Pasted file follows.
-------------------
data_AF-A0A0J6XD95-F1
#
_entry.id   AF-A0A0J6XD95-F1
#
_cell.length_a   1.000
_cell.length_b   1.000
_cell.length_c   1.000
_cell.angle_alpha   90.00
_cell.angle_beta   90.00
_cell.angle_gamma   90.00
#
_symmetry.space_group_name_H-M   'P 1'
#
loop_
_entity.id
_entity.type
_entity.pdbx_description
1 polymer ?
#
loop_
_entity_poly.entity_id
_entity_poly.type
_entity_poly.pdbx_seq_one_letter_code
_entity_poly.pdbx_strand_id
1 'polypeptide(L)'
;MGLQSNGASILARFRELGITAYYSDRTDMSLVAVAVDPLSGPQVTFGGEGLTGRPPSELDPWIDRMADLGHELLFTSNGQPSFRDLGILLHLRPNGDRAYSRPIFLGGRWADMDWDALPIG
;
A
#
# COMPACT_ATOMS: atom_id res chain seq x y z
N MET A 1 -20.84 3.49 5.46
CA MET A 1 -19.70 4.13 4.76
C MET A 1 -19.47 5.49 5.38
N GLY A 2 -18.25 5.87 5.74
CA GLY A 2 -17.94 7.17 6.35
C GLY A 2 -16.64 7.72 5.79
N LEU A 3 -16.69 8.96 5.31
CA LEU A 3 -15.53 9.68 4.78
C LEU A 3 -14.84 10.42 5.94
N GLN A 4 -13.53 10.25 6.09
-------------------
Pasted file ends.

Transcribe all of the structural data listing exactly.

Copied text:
data_AF-A0A0J6XD95-F1
#
_entry.id   AF-A0A0J6XD95-F1
#
_cell.length_a   1.000
_cell.length_b   1.000
_cell.length_c   1.000
_cell.angle_alpha   90.00
_cell.angle_beta   90.00
_cell.angle_gamma   90.00
#
_symmetry.space_group_name_H-M   'P 1'
#
loop_
_entity.id
_entity.type
_entity.pdbx_description
1 polymer ?
#
loop_
_entity_poly.entity_id
_entity_poly.type
_entity_poly.pdbx_seq_one_letter_code
_entity_poly.pdbx_strand_id
1 'polypeptide(L)'
;MGLQSNGASILARFRELGITAYYSDRTDMSLVAVAVDPLSGPQVTFGGEGLTGRPPSELDPWIDRMADLGHELLFTSNGQPSFRDLGILLHLRPNGDRAYSRPIFLGGRWADMDWDALPIG
;
A
#
# COMPACT_ATOMS: atom_id res chain seq x y z
N MET A 1 -20.84 3.49 5.46
CA MET A 1 -19.70 4.13 4.76
C MET A 1 -19.47 5.49 5.38
N GLY A 2 -18.25 5.87 5.74
CA GLY A 2 -17.94 7.17 6.35
C GLY A 2 -16.64 7.72 5.79
N LEU A 3 -16.69 8.96 5.31
CA LEU A 3 -15.53 9.68 4.78
C LEU A 3 -14.84 10.42 5.94
N GLN A 4 -13.53 10.25 6.09